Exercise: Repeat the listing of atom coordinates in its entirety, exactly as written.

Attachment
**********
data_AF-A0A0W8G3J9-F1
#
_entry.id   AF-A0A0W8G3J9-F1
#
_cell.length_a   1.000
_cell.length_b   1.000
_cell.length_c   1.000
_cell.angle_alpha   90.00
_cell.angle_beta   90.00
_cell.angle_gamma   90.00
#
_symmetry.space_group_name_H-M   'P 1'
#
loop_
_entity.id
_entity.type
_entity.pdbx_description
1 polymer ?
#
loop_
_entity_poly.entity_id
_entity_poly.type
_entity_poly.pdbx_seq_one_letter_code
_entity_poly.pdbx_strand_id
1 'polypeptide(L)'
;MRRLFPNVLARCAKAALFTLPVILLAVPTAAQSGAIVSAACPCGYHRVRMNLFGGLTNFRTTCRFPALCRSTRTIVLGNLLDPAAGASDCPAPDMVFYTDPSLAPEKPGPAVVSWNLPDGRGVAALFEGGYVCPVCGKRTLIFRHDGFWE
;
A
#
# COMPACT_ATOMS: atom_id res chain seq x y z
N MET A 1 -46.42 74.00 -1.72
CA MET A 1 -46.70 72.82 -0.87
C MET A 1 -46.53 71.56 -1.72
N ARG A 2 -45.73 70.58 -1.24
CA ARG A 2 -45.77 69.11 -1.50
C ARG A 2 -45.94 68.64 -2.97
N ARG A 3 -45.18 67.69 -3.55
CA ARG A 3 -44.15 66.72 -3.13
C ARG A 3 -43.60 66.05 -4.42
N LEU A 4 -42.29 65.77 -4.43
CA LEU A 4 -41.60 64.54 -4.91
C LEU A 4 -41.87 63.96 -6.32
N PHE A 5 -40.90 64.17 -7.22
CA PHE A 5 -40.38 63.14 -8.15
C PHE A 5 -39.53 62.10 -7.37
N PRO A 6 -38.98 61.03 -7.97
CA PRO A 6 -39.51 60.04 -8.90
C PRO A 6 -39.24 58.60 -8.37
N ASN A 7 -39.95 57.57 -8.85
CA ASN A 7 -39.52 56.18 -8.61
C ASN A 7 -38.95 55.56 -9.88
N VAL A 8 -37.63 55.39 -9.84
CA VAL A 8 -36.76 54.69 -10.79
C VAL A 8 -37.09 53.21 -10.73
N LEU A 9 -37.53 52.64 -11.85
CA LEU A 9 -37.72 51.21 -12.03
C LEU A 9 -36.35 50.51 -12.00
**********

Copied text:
data_AF-A0A0W8G3J9-F1
#
_entry.id   AF-A0A0W8G3J9-F1
#
_cell.length_a   1.000
_cell.length_b   1.000
_cell.length_c   1.000
_cell.angle_alpha   90.00
_cell.angle_beta   90.00
_cell.angle_gamma   90.00
#
_symmetry.space_group_name_H-M   'P 1'
#
loop_
_entity.id
_entity.type
_entity.pdbx_description
1 polymer ?
#
loop_
_entity_poly.entity_id
_entity_poly.type
_entity_poly.pdbx_seq_one_letter_code
_entity_poly.pdbx_strand_id
1 'polypeptide(L)'
;MRRLFPNVLARCAKAALFTLPVILLAVPTAAQSGAIVSAACPCGYHRVRMNLFGGLTNFRTTCRFPALCRSTRTIVLGNLLDPAAGASDCPAPDMVFYTDPSLAPEKPGPAVVSWNLPDGRGVAALFEGGYVCPVCGKRTLIFRHDGFWE
;
A
#
# COMPACT_ATOMS: atom_id res chain seq x y z
N MET A 1 -46.42 74.00 -1.72
CA MET A 1 -46.70 72.82 -0.87
C MET A 1 -46.53 71.56 -1.72
N ARG A 2 -45.73 70.58 -1.24
CA ARG A 2 -45.77 69.11 -1.50
C ARG A 2 -45.94 68.64 -2.97
N ARG A 3 -45.18 67.69 -3.55
CA ARG A 3 -44.15 66.72 -3.13
C ARG A 3 -43.60 66.05 -4.42
N LEU A 4 -42.29 65.77 -4.43
CA LEU A 4 -41.60 64.54 -4.91
C LEU A 4 -41.87 63.96 -6.32
N PHE A 5 -40.90 64.17 -7.22
CA PHE A 5 -40.38 63.14 -8.15
C PHE A 5 -39.53 62.10 -7.37
N PRO A 6 -38.98 61.03 -7.97
CA PRO A 6 -39.51 60.04 -8.90
C PRO A 6 -39.24 58.60 -8.37
N ASN A 7 -39.95 57.57 -8.85
CA ASN A 7 -39.52 56.18 -8.61
C ASN A 7 -38.95 55.56 -9.88
N VAL A 8 -37.63 55.39 -9.84
CA VAL A 8 -36.76 54.69 -10.79
C VAL A 8 -37.09 53.21 -10.73
N LEU A 9 -37.53 52.64 -11.85
CA LEU A 9 -37.72 51.21 -12.03
C LEU A 9 -36.35 50.51 -12.00